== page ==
Editor’s Note: Today we welcome the return of guest blogger Toine Pieters, Descartes Institute for the History and Philosophy of the Sciences, Utrecht University, who wrote memorably about the use of “sewage epidemiology” as a tool for tracking drug use a few weeks ago. His post today is slightly more conventional, but no less cutting-edge.This is a corrected version of the original post. Thanks to Hans Bosman and Toine Pieters for working out the edits and amendations. –eds.
For most of us coca and cocaine production and distribution is synonymous with Latin American drugs cartels and Colombian drug lords. It is also common knowledge that Britain and other European empires ruled the waves during the 19th century opium wars and up to the 1920s did everything to frustrate the American-led war against drugs. Only those who read Joseph Spillane’s Cocaine: from Medical Marvel to Modern Menace (2000) may remember that by far the most successful alternative coca growing venture outside Latin America before 1945 was in the Dutch East Indies on the island of Java. Spillane briefly mentions that Dutch colonial coca production began to dominate the global markets in the1910s and crowded South American producers from these markets. It is not farfetched to argue that the Dutch were the drug lords of the interbellum and continued to play a prominent position in the global narcotics industry after World War II.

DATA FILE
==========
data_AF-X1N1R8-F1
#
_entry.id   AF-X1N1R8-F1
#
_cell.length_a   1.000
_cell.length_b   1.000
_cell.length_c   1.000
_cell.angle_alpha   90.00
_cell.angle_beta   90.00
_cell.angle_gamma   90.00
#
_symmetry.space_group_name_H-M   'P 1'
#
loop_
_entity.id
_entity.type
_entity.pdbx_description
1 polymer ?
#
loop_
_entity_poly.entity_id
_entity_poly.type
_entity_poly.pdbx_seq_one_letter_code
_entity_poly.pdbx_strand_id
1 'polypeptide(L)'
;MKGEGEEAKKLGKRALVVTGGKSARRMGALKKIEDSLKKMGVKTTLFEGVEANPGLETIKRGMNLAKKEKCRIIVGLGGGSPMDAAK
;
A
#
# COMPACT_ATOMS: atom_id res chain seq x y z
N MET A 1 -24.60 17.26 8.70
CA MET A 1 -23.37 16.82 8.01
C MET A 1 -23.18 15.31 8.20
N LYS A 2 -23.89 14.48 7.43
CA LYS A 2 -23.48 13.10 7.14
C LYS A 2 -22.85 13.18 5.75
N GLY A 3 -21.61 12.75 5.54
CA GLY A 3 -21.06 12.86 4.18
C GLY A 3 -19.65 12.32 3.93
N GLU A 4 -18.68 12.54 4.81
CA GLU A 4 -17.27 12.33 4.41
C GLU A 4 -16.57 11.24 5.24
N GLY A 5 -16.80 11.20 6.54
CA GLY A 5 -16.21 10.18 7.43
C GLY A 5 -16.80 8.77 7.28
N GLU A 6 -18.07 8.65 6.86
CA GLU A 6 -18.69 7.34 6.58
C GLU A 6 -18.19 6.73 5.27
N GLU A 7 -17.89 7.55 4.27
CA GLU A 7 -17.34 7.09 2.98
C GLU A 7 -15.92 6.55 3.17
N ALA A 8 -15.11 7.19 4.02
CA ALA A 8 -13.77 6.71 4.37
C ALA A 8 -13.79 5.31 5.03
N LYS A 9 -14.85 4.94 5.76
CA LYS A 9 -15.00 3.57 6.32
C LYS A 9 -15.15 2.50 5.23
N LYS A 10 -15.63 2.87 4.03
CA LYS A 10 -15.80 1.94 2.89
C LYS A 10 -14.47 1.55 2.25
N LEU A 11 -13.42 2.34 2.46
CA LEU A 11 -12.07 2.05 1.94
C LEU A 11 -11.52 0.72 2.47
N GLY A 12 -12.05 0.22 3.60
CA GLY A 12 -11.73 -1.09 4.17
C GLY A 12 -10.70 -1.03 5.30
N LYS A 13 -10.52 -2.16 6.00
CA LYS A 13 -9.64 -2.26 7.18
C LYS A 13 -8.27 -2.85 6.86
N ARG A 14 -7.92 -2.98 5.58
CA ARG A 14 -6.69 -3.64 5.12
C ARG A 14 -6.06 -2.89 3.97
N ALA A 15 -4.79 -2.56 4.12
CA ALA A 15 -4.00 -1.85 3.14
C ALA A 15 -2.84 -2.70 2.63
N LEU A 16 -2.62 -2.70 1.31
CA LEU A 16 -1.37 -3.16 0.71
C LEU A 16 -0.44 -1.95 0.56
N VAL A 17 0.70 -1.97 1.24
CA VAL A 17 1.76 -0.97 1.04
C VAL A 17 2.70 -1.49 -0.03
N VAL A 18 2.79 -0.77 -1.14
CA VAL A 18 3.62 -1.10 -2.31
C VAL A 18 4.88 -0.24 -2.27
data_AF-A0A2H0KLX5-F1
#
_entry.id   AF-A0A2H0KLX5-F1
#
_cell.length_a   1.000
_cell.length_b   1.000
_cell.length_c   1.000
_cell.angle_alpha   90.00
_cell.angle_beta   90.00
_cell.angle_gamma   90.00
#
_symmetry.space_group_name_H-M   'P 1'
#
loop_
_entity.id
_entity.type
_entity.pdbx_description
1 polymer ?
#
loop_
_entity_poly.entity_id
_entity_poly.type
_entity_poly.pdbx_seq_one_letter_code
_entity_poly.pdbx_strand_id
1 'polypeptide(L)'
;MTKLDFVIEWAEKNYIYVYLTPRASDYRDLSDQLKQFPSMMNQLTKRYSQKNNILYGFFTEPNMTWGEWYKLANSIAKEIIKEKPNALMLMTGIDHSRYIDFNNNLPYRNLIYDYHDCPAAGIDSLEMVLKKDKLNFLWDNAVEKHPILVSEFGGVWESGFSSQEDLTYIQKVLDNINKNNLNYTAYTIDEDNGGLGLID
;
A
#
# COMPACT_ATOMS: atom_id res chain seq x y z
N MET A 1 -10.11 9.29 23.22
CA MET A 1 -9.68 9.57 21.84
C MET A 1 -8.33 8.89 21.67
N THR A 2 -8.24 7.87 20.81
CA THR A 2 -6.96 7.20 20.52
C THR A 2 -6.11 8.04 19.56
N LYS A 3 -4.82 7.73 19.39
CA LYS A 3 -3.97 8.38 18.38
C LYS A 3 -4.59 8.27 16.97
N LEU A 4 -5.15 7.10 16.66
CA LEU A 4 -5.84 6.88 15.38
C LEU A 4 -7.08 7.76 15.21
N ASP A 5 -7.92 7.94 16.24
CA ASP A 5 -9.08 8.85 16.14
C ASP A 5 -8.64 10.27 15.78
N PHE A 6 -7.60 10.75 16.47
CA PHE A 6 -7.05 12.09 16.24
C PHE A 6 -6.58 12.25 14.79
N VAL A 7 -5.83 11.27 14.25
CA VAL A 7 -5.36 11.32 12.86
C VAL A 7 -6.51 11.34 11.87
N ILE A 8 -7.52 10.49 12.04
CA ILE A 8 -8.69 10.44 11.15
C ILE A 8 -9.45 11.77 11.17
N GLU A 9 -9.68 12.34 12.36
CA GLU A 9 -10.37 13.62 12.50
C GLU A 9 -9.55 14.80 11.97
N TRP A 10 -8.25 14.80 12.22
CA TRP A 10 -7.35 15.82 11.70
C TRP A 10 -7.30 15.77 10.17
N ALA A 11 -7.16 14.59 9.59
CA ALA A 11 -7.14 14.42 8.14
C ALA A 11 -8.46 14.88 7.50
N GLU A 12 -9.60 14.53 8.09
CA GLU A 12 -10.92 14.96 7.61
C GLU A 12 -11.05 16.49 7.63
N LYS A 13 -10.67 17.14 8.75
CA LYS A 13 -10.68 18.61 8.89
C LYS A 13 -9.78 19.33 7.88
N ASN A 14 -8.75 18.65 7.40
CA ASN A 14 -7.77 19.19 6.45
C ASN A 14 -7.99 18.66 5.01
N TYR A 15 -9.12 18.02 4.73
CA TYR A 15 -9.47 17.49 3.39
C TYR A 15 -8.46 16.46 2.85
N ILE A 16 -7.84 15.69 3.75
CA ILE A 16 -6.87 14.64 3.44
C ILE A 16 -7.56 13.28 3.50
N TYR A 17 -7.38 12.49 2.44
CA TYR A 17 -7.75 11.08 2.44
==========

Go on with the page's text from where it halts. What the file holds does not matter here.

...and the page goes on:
Up until recently we knew relatively little about the halcyon days of Dutch drug production and trade. But on November 8 the 82 year old former employee of the Dutch Cocaine Factory (NCF), Hans Bosman, defended his thesis on ‘The history of the Nederlandsche Cocaine Fabriek and its successors as manufacturers of narcotic drugs, analysed from an international perspective’ at Maastricht University.
From the 1860s until the turn of the century Peru was the major source by far of the raw materials for cocaine: coca leaves and later on also crude cocaine. The coca leaves were used in Europe and the US for the popular cocaine-containing elixirs and tonics. Cultivation of the coca plant was attempted in a number of countries outside South America, notably on Java and Ceylon. In 1875 the Botanical Garden of Buitenzorg introduced two coca plants on the island of Java, which was at that time part of the Netherlands East Indies. Java coca had a high total alkaloid content but was initially rejected by cocaine manufacturers as a raw material. Java coca contained mainly secondary coca-alkaloids and the direct yield of cocaine from the leaves was low. Chewing Java coca leaves did not evoke the same energizing sensation as Peruvian coca.